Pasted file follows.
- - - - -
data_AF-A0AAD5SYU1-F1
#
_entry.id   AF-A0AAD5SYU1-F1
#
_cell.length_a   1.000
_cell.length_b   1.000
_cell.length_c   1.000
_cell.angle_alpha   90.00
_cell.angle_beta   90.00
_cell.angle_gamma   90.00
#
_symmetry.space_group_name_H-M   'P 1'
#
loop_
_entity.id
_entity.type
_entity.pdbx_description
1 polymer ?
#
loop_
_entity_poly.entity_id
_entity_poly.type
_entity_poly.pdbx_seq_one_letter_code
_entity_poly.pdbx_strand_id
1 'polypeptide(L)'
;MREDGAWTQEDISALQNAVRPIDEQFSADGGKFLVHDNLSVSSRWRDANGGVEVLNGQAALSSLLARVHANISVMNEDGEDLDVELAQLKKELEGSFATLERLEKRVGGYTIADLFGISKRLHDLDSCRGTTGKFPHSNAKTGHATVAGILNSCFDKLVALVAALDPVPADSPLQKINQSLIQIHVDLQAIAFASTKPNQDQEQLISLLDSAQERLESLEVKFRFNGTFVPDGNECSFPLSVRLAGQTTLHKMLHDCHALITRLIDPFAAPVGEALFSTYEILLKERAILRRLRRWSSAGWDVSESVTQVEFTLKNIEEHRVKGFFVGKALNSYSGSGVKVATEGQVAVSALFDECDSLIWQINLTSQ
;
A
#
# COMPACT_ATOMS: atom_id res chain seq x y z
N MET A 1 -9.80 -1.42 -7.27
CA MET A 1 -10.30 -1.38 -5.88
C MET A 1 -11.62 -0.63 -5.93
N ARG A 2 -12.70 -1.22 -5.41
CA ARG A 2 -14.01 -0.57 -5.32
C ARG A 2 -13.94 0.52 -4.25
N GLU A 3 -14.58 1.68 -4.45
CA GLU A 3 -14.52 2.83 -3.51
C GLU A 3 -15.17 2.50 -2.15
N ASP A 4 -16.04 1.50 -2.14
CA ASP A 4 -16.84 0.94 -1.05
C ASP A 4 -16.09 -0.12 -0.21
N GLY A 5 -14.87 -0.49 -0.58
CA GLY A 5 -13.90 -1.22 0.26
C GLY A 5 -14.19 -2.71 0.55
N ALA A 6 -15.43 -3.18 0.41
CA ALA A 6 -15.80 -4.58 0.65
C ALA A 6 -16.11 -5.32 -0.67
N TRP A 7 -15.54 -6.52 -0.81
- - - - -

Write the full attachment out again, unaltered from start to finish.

data_AF-A0AAD5SYU1-F1
#
_entry.id   AF-A0AAD5SYU1-F1
#
_cell.length_a   1.000
_cell.length_b   1.000
_cell.length_c   1.000
_cell.angle_alpha   90.00
_cell.angle_beta   90.00
_cell.angle_gamma   90.00
#
_symmetry.space_group_name_H-M   'P 1'
#
loop_
_entity.id
_entity.type
_entity.pdbx_description
1 polymer ?
#
loop_
_entity_poly.entity_id
_entity_poly.type
_entity_poly.pdbx_seq_one_letter_code
_entity_poly.pdbx_strand_id
1 'polypeptide(L)'
;MREDGAWTQEDISALQNAVRPIDEQFSADGGKFLVHDNLSVSSRWRDANGGVEVLNGQAALSSLLARVHANISVMNEDGEDLDVELAQLKKELEGSFATLERLEKRVGGYTIADLFGISKRLHDLDSCRGTTGKFPHSNAKTGHATVAGILNSCFDKLVALVAALDPVPADSPLQKINQSLIQIHVDLQAIAFASTKPNQDQEQLISLLDSAQERLESLEVKFRFNGTFVPDGNECSFPLSVRLAGQTTLHKMLHDCHALITRLIDPFAAPVGEALFSTYEILLKERAILRRLRRWSSAGWDVSESVTQVEFTLKNIEEHRVKGFFVGKALNSYSGSGVKVATEGQVAVSALFDECDSLIWQINLTSQ
;
A
#
# COMPACT_ATOMS: atom_id res chain seq x y z
N MET A 1 -9.80 -1.42 -7.27
CA MET A 1 -10.30 -1.38 -5.88
C MET A 1 -11.62 -0.63 -5.93
N ARG A 2 -12.70 -1.22 -5.41
CA ARG A 2 -14.01 -0.57 -5.32
C ARG A 2 -13.94 0.52 -4.25
N GLU A 3 -14.58 1.68 -4.45
CA GLU A 3 -14.52 2.83 -3.51
C GLU A 3 -15.17 2.50 -2.15
N ASP A 4 -16.04 1.50 -2.14
CA ASP A 4 -16.84 0.94 -1.05
C ASP A 4 -16.09 -0.12 -0.21
N GLY A 5 -14.87 -0.49 -0.58
CA GLY A 5 -13.90 -1.22 0.26
C GLY A 5 -14.19 -2.71 0.55
N ALA A 6 -15.43 -3.18 0.41
CA ALA A 6 -15.80 -4.58 0.65
C ALA A 6 -16.11 -5.32 -0.67
N TRP A 7 -15.54 -6.52 -0.81